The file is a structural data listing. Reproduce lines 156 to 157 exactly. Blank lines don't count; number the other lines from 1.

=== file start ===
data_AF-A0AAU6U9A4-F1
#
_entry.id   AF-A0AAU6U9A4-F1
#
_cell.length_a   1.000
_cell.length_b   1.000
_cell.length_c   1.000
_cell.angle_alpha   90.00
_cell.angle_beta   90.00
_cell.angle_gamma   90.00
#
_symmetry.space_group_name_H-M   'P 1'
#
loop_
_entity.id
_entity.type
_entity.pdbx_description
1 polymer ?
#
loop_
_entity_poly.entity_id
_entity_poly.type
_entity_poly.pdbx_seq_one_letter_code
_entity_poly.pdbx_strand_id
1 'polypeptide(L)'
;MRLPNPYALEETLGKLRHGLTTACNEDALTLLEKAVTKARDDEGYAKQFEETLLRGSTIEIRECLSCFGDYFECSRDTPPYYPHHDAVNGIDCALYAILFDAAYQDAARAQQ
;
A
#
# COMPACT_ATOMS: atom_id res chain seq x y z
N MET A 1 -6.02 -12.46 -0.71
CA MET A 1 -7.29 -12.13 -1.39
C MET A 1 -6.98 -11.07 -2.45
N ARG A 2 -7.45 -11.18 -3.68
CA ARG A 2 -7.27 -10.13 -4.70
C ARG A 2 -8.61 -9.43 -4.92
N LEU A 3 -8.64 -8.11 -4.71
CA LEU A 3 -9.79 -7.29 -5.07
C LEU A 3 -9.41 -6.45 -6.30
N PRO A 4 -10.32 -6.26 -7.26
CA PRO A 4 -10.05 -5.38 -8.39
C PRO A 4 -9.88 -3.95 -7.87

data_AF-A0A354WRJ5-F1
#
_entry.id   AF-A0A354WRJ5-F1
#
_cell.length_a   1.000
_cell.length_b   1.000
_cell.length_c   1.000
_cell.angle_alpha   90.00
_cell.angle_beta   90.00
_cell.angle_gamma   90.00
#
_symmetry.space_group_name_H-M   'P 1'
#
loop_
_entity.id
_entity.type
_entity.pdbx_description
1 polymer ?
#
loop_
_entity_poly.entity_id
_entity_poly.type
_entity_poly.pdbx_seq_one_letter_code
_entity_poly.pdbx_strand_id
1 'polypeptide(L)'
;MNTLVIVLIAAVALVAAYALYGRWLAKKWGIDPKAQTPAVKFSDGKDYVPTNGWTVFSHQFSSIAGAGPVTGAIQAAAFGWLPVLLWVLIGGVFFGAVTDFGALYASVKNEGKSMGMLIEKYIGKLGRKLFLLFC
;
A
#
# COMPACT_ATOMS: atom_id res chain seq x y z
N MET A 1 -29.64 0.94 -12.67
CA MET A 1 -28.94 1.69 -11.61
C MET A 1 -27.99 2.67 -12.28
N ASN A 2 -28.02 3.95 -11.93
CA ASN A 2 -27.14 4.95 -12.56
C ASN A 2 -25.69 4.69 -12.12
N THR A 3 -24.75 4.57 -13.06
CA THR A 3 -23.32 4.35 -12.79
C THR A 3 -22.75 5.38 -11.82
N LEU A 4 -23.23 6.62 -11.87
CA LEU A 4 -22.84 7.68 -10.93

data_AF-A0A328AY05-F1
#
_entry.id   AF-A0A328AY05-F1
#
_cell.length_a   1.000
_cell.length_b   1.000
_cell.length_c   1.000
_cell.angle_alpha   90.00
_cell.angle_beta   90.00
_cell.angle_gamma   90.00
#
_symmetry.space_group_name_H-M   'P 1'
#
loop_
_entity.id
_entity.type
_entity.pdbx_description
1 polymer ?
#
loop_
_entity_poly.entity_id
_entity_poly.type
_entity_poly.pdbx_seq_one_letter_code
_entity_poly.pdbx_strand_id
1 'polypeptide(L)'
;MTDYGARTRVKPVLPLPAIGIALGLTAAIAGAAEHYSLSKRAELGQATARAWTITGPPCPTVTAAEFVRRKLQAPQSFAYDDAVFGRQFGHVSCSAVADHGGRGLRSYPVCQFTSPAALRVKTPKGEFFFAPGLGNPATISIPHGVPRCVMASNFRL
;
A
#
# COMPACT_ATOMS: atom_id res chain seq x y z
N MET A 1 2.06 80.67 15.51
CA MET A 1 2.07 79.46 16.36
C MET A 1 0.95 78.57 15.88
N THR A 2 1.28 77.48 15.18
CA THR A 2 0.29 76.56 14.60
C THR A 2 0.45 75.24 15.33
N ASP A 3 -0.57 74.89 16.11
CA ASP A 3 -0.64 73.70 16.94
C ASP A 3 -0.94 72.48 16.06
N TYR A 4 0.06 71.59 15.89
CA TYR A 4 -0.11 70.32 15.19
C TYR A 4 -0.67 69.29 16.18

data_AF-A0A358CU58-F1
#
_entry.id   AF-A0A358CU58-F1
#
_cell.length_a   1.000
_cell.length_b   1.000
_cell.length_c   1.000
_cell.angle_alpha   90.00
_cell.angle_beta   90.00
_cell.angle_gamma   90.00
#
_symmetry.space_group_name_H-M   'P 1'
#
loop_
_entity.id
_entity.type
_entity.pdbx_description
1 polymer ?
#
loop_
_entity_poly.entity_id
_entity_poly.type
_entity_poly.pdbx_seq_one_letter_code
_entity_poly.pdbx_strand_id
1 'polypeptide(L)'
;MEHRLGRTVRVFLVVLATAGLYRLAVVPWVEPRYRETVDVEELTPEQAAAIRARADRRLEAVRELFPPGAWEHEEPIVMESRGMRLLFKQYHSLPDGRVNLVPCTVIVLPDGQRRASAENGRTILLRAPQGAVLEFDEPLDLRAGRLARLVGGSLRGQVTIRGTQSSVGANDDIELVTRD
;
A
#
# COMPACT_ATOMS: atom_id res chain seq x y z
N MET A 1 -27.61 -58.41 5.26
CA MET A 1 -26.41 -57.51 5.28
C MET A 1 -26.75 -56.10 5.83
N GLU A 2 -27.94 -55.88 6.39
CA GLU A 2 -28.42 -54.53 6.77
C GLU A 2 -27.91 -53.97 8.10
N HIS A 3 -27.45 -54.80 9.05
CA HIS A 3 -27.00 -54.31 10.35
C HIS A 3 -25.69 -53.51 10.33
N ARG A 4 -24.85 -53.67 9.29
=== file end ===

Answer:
N MET A 1 -27.61 -58.41 5.26
CA MET A 1 -26.41 -57.51 5.28